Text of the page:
In the October 26, 2009 edition of Newsweek magazine, former University of Tennessee president and current Tennessee Senator Lamar Alexander wrote an article called The Three-Year Solution: How the reinvention of higher education benefits parents, students, and schools.
Three-Year vs. Four-Year College Career
The debate over three versus four years of college has devolved into two camps- both of which have fairly valid points supporting their positions broadly defined as finances versus student development. (Check the article’s comments for some of this debate.) Finances certainly enter the equation in the college selection process, but the issue is much bigger than saving a few dollars. It’s important to remember that attending college will be one of your most meaningful experiences if done well. I believe college has to be about more than just the acquisition of knowledge or vocational skills to achieve a credential.
So What is College About?
College is about a lot of things: self-discovery, identity development and learning, to name a few. Much of this personal growth is supplemented by- or for some students takes place exclusively outside- the classroom experience. Study abroad, internships, volunteer experiences, extra- and co-curricular activities are all meaningful and vitally important parts of your college education. Pursue them. There are many resources on this blog that address these areas and I would direct you to them for further discovery.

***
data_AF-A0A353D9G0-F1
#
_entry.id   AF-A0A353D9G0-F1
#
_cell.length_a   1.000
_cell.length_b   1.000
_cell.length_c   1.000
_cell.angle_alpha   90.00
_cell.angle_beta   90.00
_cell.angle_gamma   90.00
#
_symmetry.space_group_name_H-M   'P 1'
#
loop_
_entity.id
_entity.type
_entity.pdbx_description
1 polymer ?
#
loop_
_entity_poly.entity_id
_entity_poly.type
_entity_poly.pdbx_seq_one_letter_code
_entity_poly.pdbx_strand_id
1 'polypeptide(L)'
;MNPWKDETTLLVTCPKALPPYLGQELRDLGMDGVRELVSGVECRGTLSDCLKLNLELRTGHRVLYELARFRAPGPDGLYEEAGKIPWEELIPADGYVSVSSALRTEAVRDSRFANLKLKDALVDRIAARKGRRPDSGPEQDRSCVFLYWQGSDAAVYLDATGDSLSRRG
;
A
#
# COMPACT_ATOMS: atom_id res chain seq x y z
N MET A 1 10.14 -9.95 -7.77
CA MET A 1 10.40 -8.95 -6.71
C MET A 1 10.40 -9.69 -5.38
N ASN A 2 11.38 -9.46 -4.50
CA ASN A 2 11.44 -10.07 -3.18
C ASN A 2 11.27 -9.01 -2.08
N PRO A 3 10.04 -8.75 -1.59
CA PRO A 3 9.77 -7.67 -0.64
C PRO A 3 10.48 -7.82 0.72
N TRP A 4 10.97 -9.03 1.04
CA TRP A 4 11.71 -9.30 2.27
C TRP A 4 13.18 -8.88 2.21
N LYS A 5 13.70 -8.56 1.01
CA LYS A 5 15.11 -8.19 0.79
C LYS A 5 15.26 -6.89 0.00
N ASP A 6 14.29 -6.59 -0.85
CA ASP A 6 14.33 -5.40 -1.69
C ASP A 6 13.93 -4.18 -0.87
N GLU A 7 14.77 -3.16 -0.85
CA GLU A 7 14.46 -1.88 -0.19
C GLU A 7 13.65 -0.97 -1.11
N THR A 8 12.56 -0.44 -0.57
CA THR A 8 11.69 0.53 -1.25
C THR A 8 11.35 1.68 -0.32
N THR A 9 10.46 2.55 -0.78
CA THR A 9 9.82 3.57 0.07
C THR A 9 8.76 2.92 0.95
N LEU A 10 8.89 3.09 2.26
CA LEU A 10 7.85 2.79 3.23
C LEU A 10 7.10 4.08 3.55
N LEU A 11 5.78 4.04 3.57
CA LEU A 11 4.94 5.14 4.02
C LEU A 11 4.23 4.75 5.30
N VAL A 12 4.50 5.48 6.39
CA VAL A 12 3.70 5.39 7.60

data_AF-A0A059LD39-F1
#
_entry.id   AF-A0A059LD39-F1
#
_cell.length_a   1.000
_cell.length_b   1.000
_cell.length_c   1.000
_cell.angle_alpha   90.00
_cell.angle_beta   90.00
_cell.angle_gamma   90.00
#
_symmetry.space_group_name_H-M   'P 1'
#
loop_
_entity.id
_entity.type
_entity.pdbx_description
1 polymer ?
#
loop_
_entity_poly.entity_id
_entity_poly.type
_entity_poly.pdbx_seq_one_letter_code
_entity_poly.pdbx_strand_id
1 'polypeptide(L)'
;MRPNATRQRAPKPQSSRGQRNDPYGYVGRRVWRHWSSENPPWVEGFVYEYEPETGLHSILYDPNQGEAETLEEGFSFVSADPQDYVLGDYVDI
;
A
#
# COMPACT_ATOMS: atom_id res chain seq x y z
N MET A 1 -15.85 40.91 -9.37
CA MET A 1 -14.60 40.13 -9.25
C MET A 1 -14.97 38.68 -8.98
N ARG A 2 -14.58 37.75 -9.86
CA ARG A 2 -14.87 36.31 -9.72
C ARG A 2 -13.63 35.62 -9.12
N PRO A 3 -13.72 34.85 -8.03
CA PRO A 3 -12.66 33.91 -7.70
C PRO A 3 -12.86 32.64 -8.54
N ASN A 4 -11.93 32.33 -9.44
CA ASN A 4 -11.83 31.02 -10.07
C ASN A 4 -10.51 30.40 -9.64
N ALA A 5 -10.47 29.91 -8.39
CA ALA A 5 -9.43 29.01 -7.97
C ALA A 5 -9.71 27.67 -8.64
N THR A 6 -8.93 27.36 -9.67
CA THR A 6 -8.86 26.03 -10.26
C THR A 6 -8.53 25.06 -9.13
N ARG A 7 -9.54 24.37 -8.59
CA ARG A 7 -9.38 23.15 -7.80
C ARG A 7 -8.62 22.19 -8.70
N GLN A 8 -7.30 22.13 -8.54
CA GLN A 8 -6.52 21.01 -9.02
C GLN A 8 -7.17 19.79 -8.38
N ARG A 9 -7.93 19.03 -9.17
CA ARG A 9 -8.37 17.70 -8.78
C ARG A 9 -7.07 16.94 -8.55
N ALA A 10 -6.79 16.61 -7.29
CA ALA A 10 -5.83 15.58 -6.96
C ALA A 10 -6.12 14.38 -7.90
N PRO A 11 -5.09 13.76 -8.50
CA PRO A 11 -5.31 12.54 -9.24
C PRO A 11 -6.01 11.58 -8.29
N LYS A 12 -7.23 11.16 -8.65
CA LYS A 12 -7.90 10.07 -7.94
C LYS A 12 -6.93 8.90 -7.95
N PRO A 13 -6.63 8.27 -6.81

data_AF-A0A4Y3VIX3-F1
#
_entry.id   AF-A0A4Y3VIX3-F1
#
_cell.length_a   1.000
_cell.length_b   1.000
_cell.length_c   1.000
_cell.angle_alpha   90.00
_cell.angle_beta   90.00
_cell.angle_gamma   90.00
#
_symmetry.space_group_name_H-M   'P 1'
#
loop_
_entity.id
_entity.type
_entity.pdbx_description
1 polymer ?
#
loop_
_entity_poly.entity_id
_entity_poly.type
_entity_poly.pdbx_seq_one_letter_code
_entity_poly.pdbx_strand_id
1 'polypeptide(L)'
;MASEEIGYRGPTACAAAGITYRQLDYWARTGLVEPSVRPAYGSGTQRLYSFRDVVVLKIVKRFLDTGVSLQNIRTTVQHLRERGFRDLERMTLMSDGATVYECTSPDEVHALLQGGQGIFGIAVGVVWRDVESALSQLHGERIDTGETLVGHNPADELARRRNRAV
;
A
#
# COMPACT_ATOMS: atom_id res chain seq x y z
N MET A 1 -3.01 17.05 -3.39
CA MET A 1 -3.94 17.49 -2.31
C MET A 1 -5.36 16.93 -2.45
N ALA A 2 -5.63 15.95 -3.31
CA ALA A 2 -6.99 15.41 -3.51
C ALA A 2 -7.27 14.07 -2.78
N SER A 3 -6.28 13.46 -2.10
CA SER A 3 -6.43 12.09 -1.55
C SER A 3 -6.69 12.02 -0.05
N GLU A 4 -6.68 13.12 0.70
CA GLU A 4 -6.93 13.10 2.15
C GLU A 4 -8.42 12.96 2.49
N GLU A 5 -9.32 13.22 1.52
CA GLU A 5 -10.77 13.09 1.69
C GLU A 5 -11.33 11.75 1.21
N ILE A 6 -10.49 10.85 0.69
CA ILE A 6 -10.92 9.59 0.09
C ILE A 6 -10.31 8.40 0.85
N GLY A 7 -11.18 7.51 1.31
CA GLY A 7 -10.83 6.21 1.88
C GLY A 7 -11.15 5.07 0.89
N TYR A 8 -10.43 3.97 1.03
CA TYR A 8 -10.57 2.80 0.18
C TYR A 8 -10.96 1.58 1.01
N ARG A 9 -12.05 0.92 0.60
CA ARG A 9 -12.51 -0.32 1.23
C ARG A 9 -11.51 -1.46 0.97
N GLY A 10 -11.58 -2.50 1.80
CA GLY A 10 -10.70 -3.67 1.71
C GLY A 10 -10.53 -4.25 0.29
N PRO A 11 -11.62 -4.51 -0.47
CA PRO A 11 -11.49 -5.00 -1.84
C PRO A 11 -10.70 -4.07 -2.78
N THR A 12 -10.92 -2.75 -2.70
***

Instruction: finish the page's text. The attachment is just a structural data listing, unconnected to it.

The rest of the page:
How Much Time Does it Take?
On average, it takes 120 credit hours to graduate from college. Over the course of a three-year college career you will spend 60-80 hours per week on your academic work (Classroom time combined with the unofficial rule of 2-3 hours of work outside of class for every hour of work in the classroom). Assuming that you sleep, eat, bathe and have some semblance of a social life, that doesn’t leave much quality time for study abroad, internships, volunteering, or extra- and co-curricular activities. If you are a varsity athlete, employee, and/or a commuter, you may find it nearly impossible to try and balance your time.
What Should You Do?
You should give some thought to the trajectory of your personal development thus far, as well as how you want college to serve as a meaningful experience for you rather than just as a credential on your resume. The answer is different for everyone (remind your parents of that if need be.). Certainly there are pros and cons to either approach. Many student affairs administrators, high school teachers, counselors and college professors will tell you that the college years are a time of great self discovery and identity development. You know my point of view, and thus bias, is defined by my belief that students are developed over time through a series of meaningful experiences. Give yourself the time to have the meaningful experience.
What do you think? Make it a good day.
Mike Severy is the Director of Student Life at the University of North Carolina at Pembroke. He views his work through the lens of student leadership development believing that students are developed over time through a series of meaningful experiences and that his role is to help students create and find the meaningful experiences in their lives. He took five years to graduate from college – the experience remains one of his most meaningful experiences. You can connect with Mike on Twitter (@mikesevery).